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Glia. 1995 Aug;14(4):303-21.

Expression of myelin transcription factor I (MyTI), a "zinc-finger" DNA-binding protein, in developing oligodendrocytes.

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Department of Anatomy and Cell Biology, Uniformed Services University of the Health Sciences, Bethesda, Maryland 20814-4799, USA.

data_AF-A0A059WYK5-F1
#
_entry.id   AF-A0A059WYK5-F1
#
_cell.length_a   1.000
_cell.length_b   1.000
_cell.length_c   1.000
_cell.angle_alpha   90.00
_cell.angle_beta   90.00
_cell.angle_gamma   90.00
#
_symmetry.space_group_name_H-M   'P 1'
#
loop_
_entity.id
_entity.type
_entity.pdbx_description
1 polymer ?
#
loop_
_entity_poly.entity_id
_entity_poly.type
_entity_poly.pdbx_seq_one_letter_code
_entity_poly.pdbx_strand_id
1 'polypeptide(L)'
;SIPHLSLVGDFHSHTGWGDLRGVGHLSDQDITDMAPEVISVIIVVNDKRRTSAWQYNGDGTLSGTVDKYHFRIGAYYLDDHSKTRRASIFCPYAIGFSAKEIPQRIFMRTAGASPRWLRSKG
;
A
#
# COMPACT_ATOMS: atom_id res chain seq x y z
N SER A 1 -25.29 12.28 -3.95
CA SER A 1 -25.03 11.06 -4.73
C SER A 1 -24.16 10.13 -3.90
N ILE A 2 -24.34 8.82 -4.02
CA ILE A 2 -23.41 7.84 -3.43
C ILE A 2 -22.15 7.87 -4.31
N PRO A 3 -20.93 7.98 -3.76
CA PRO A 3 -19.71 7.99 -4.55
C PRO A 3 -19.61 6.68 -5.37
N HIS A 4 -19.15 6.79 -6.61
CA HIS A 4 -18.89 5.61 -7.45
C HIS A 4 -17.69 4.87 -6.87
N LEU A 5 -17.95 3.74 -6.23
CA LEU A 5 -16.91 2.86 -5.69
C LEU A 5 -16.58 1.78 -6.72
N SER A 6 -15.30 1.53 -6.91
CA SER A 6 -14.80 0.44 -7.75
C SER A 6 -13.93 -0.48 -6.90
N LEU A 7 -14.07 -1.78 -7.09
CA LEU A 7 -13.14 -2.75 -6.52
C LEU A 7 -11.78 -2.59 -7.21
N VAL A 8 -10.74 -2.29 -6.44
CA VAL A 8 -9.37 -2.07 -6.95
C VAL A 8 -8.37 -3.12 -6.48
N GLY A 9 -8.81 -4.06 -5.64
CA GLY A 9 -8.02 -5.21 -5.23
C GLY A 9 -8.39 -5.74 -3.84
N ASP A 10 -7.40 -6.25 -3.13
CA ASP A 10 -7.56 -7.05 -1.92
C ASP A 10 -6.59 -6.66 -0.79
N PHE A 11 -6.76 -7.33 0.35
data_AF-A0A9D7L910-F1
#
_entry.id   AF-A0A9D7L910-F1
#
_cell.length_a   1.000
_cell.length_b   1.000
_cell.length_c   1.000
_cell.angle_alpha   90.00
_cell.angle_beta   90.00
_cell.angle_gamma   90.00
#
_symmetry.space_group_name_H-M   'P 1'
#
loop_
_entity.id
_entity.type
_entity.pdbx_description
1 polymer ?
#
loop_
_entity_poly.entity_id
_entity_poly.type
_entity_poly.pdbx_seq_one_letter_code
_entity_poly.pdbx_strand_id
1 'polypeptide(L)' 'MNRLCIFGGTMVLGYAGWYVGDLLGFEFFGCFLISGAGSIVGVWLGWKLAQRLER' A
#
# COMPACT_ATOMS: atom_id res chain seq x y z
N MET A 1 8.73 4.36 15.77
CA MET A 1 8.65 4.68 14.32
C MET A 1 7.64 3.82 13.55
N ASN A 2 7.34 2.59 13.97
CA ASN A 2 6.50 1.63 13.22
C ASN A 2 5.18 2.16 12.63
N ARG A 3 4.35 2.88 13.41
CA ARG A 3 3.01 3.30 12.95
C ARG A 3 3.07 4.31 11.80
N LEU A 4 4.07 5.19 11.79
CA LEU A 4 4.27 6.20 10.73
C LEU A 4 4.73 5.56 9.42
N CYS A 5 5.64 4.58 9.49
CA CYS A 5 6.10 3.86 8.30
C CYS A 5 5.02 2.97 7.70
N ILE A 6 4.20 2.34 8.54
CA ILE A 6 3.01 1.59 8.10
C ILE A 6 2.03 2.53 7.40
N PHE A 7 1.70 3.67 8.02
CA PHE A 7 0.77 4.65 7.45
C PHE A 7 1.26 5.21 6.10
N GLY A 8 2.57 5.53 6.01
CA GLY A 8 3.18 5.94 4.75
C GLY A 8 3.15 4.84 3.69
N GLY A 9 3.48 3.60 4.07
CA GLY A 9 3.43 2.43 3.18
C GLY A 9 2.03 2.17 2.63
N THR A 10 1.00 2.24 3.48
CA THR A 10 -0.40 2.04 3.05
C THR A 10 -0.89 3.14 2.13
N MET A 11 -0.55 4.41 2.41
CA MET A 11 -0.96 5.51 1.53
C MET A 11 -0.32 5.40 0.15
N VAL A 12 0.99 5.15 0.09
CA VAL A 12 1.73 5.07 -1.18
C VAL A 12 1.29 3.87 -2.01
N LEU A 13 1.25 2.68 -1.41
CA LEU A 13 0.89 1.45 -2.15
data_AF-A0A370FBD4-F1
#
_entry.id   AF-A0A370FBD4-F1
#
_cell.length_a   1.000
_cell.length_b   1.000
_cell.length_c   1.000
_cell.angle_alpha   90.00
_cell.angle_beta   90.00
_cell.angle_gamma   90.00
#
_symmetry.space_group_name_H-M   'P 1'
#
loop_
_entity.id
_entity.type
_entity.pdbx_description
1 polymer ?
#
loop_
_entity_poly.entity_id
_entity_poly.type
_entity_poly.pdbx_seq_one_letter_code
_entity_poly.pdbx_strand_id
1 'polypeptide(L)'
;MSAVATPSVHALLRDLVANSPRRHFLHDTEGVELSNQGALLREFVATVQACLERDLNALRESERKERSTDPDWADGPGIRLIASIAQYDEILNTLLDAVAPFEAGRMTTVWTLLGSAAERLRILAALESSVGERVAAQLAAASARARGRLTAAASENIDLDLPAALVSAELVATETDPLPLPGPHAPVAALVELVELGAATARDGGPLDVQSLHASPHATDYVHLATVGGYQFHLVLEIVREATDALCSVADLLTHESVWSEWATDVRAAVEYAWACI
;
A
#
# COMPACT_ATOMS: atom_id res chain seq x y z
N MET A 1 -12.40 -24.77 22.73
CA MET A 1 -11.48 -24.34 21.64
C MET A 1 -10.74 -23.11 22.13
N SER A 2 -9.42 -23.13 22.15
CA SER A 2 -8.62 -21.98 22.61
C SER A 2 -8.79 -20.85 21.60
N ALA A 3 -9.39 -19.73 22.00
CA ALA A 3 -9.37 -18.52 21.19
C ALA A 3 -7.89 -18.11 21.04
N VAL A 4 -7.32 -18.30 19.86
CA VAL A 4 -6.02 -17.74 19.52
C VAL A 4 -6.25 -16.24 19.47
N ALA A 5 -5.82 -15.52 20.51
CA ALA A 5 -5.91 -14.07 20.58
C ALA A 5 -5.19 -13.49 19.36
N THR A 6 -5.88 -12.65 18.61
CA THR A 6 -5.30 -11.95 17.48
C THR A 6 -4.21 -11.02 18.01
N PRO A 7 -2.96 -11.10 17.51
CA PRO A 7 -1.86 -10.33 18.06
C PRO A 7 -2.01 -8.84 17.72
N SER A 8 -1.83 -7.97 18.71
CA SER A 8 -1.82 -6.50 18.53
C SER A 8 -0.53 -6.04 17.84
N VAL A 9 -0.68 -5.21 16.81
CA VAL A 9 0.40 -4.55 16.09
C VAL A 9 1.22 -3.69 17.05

The production of myelin by oligodendrocytes requires the coordinated, massive synthesis of myelin components, a program that is dependent on transcriptional controls. Myelin transcription factor I (MyTI) was named for its ability to recognize the proteolipid protein (PLP) gene, the most abundantly transcribed central nervous system myelin gene (Kim and Hudson: Mol. Cell Biol. 12:5632, 1992). MyTI is a zinc-dependent, DNA-binding protein of the Cys2-His-Cys class. The pattern of MyTI expression, documented in the present study, suggests that MyTI may be instrumental in early stages of oligodendrocytic development and myelin production. MyTI mRNA transcripts are more highly expressed in oligodendrocyte progenitors than in differentiated oligodendrocytes. In vitro and in vivo analyses show that MyTI immunoreactivity is stronger in oligodendrocytic progenitors than in mature oligodendrocytes which have already accumulated PLP. In oligodendrocyte progenitors, MyTI immunoreactivity appears as speckles within the nucleus, suggestive of an association of MyTI with a function that is spatially segregated into discrete nuclear domains. MyTI continues to be expressed in cells transcribing PLP. However, as oligodendrocytes accumulate PLP, MyTI immunoreactivity becomes restricted to the cytoplasm and progressively diminishes. Since MyTI has two widely separated sets of DNA-binding domains and initial MyTI expression markedly precedes PLP expression, we hypothesize the following model: MyTI may play a role in assembling transcriptionally active complexes of PLP, perhaps by bending the DNA of the promoter region to induce an appropriate conformation to enable subsequent binding of additional regulatory proteins.

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